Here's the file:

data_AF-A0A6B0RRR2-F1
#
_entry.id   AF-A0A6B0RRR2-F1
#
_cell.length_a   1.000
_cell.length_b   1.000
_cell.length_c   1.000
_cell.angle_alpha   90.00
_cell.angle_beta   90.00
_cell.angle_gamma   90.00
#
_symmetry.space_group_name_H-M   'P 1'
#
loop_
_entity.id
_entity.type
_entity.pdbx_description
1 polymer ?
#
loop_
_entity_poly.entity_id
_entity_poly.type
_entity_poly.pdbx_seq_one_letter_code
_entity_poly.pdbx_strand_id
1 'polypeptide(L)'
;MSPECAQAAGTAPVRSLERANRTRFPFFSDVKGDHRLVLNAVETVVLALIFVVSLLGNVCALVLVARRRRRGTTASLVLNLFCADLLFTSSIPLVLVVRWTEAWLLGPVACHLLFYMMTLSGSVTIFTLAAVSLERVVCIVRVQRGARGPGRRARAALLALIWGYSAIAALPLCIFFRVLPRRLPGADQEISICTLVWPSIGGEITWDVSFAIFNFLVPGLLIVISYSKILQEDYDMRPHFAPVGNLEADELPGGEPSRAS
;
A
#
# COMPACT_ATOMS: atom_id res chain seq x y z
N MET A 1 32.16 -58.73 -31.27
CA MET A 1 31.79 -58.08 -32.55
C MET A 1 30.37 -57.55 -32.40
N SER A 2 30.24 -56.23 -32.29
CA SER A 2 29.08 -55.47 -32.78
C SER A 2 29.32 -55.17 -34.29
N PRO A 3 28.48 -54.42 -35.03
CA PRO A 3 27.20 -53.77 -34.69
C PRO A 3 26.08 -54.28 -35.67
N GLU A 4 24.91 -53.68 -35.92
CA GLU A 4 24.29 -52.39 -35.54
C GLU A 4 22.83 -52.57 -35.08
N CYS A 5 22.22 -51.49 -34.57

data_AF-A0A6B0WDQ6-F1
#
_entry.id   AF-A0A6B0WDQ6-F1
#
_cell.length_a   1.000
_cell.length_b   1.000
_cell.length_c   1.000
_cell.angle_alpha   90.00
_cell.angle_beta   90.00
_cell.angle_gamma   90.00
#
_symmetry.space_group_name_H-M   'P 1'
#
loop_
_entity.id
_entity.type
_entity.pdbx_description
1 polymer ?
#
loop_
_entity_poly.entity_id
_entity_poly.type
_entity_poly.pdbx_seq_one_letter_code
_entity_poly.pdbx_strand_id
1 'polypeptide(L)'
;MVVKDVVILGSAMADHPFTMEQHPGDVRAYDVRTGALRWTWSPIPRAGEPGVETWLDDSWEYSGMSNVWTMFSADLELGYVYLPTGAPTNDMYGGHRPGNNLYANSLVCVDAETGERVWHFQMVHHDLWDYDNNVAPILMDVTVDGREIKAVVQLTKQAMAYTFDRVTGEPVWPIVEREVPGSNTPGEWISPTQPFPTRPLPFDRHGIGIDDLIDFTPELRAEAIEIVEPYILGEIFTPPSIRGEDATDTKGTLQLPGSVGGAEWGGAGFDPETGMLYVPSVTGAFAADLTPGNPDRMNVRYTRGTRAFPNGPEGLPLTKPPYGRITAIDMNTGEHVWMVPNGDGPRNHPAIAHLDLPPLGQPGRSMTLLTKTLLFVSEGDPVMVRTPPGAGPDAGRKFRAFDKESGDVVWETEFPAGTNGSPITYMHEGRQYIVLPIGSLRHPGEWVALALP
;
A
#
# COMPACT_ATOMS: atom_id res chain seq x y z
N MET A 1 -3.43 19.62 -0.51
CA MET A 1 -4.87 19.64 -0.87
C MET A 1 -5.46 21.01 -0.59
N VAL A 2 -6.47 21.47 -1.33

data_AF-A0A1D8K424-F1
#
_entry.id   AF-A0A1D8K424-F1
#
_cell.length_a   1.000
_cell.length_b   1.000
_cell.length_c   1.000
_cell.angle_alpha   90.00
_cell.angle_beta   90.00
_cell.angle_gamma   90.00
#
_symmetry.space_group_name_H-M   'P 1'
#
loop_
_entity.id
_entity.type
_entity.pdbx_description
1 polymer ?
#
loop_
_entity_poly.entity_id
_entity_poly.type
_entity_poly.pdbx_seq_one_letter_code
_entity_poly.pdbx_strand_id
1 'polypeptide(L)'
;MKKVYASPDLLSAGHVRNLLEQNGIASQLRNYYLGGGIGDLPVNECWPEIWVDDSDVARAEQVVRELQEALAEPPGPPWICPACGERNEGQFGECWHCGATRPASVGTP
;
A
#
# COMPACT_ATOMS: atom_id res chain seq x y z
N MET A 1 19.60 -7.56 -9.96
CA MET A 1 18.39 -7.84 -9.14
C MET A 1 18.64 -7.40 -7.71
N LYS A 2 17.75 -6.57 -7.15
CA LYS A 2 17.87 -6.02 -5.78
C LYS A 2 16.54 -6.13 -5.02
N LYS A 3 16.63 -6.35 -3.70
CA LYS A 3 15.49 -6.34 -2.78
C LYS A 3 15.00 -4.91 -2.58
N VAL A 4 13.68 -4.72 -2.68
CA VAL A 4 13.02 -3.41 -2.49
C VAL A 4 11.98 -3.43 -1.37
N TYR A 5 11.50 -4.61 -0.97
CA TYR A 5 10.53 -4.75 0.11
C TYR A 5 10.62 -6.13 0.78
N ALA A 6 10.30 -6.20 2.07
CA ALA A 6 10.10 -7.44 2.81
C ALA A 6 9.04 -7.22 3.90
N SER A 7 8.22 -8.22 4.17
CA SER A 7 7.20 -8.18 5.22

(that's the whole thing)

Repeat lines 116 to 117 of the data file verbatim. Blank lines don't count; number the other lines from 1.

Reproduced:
C LYS A 3 15.00 -4.91 -2.58
N VAL A 4 13.68 -4.72 -2.68